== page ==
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Consider a Python list my_list containing ['foo', 'foo', 'bar'].

What is the most Pythonic way to uniqify:ing and sorting and the list (think cat my_list | sort | uniq)?

This is how I currently do it and while it works I'm sure there are better ways to do it.

my_list = []
my_list = set(my_list)
my_list = list(my_list)
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Possible duplicate of How to remove duplicates from Python list and keep order? – sampablokuper Dec 6 '15 at 13:34
up vote 44 down vote accepted
my_list = sorted(set(my_list))
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Note that this only works for hashable types, so for example this won't work on lists. – taleinat May 28 '10 at 20:11
import itertools

def sort_uniq(sequence):
    return (x[0] for x in itertools.groupby(sorted(sequence)))


import itertools, operator

def sort_uniq(sequence):
    return itertools.imap(

Both versions return an generator, so you might want to supply the result to the list type:

sequence= list(sort_uniq(sequence))

Note that this will work with non-hashable items too:

>>> list(sort_uniq([[0],[1],[0]]))
[[0], [1]]
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If you are using python3: Py3 map and in Py2 itertools.imap do exactly the same thing. ( In Py3 iter(map(...)) is redundant. ) – The Demz Oct 28 '13 at 10:59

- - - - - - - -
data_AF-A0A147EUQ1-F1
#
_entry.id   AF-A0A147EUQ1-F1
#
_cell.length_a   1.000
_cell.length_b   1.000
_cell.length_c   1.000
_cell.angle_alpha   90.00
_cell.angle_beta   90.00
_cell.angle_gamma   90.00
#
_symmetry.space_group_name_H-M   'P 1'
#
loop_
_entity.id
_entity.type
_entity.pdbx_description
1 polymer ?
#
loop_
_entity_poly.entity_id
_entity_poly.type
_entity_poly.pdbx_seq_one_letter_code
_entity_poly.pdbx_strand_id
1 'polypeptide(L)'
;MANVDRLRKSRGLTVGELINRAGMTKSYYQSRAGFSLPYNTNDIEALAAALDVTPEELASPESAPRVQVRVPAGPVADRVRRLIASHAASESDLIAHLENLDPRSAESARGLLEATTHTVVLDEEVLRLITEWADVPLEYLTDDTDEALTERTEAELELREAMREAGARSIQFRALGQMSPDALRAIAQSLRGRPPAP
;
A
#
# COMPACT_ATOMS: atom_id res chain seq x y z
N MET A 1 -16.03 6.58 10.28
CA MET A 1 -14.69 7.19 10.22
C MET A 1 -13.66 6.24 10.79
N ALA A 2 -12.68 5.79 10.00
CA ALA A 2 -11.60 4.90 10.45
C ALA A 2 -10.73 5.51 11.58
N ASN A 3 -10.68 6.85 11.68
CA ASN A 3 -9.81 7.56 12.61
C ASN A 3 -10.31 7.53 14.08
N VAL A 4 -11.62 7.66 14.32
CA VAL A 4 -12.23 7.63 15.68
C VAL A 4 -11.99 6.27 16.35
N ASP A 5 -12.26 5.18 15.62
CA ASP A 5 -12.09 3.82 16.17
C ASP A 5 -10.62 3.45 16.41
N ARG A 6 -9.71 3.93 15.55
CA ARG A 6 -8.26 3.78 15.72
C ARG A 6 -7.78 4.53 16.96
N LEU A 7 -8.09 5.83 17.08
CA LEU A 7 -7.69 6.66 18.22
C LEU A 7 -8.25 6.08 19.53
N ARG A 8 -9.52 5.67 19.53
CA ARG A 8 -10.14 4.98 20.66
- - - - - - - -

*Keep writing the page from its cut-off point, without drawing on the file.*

The straightforward solution is provided by Ignacio—sorted(set(foo)).

If you have unique data, there's a reasonable chance you don't just want to do sorted(set(...)) but rather to store a set all the time and occasionally pull out a sorted version of the values. (At that point, it starts sounding like the sort of thing people often use a database for, too.)

If you have a sorted list and you want to check membership on logarithmic and add an item in worst case linear time, you can use the bisect module.

If you want to keep this condition all the time and you want to simplify things or make some operations perform better, you might consider blist.sortedset.

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Consider sortedcontainers . SortedSet instead of blist. It's faster and pure-Python. – GrantJ Sep 18 '15 at 19:42

Others have mentioned sorted(set(my_list)), which works for hashable values such as strings, numbers and tuples, but not for unhashable types such as lists.

To get a sorted list of values of any sortable type, without duplicates:

from itertools import izip, islice
def unique_sorted(values):
    "Return a sorted list of the given values, without duplicates."
    values = sorted(values)
    if not values:
        return []
    consecutive_pairs = izip(values, islice(values, 1, len(values)))
    result = [a for (a, b) in consecutive_pairs if a != b]
    return result

This can be further simplified using the "pairwise" or "unique_justseen" recipes from the itertools documentation.

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Can't say it is clean way to do that, but just for fun:

my_list = [x for x in sorted(my_list) if not x in locals()["_[1]"]]
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This is ugly, magical, and unnecessarily quadratic. – Mike Graham May 28 '10 at 19:30
Sure, it is just for fun, as I noted. – andreypopp Jun 3 '10 at 16:53

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